For village cricket clubs, even in this picturesque part of the world, it is a constant struggle to keep on top of the costs. Slaughters United run two Saturday sides and a Sunday team, plus under-15s, under-13s, under-11s and under-9s. They would appear to be living proof of the ECB's claims that the game is booming in popularity at grass-roots level. Their under-15 team, managed by club chairman Nic Hayward, have won their way through to the regional finals. Slaughters (population 200) face Bristol (pop 421,300) in a David and Goliath contest.
Their shirts, too, will feature the name of the band whose front-man has first-hand knowledge of village cricketing life. Chris Martin has played for Countess Wear club in Devon; his father is the president. The Coldplay singer, reputedly fairly handy with a bat, has been involved in a game or two at Great Rissington, near-neighbours of the Slaughters club.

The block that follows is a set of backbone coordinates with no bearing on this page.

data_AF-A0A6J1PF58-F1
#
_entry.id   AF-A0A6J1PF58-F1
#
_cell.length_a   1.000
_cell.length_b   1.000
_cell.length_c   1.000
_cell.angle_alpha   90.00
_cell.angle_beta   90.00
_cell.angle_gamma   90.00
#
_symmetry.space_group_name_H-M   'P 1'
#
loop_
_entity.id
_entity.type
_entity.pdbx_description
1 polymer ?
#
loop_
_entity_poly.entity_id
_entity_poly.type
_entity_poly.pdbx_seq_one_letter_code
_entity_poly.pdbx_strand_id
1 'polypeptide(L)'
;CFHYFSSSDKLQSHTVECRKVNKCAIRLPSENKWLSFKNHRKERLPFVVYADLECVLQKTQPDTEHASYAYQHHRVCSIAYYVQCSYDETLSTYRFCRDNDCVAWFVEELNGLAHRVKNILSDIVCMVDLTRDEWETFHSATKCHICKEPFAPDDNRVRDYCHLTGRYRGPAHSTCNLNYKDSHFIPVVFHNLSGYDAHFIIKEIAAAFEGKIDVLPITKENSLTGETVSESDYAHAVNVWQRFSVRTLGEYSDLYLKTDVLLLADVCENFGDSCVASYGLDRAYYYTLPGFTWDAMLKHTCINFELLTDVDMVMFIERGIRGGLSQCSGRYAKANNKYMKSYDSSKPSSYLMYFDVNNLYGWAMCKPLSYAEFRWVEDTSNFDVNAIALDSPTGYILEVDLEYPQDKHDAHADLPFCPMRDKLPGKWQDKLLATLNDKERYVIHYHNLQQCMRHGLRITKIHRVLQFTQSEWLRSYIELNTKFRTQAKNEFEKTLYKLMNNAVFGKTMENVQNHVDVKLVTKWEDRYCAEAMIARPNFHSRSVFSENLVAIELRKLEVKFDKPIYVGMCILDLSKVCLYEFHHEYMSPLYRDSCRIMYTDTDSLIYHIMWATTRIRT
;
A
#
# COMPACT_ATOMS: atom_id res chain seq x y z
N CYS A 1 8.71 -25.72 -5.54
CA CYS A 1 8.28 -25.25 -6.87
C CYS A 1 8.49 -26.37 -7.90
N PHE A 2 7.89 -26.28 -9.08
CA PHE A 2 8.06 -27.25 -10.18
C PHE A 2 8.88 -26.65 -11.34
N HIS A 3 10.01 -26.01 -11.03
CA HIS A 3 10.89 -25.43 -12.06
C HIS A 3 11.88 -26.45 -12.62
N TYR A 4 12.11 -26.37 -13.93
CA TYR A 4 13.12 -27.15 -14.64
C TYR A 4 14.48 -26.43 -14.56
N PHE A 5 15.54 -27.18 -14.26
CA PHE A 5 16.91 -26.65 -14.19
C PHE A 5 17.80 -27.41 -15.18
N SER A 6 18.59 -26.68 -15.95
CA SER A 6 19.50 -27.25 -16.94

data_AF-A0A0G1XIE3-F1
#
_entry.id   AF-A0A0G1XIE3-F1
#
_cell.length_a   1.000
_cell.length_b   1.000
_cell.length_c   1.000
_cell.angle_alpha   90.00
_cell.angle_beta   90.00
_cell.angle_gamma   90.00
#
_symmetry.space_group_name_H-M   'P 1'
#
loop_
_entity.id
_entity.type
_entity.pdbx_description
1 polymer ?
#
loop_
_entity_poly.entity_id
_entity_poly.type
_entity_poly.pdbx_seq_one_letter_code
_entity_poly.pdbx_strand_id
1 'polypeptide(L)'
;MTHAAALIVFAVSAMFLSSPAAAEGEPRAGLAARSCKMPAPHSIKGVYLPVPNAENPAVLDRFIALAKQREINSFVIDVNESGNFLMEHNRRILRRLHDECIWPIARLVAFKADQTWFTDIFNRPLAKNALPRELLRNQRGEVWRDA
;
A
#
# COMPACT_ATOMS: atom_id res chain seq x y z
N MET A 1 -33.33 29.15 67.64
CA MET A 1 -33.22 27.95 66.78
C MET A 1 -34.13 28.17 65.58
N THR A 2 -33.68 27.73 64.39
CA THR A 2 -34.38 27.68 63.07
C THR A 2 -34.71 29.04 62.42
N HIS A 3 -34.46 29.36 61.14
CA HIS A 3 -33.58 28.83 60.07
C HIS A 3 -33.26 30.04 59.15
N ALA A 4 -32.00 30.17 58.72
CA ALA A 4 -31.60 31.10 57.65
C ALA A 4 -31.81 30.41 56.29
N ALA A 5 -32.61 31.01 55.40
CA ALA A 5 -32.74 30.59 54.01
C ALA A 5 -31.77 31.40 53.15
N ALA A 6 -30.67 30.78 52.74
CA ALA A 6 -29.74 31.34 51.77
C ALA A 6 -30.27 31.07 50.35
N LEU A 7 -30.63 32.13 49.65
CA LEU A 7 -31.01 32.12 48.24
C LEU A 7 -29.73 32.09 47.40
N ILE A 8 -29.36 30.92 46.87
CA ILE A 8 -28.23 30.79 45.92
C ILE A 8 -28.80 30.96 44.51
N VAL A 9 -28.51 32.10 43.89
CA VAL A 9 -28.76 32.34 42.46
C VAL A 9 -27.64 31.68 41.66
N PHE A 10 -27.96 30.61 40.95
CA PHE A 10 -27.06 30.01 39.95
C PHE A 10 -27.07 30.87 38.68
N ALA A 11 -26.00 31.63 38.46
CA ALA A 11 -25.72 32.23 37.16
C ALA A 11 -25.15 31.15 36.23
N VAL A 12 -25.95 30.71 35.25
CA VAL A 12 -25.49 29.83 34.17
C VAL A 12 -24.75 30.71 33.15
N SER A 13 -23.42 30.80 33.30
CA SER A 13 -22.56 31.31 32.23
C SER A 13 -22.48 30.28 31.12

"A local umpire recalls having a chat with Chris Martin after one game and asking him what he did for a living," Heming said. "He told him, 'I'm in this band called Coldplay. We've just made our first album and we think it might do quite well.' And everyone at the bar went, 'Yeah, yeah'." While raising disbelieving eyebrows, no doubt.
Heming has invited Martin and his band-members to "come down and have a knock". Not that there was any sign of Gwyneth Paltrow's other-half as the butchers, bakers and candlestick-makers of Slaughters United gathered in their pavilion, kitted out in their cool new Coldplay shirts, ready to take on St Phillips North. They won the toss and the club captain Phil Chaple, a 51-year-old painter and decorator who once reached the final of a "Find a Fast Bowler for England" competition run by The Sun, strode out to open the batting with Wayne Rose, a 42-year-old farmer.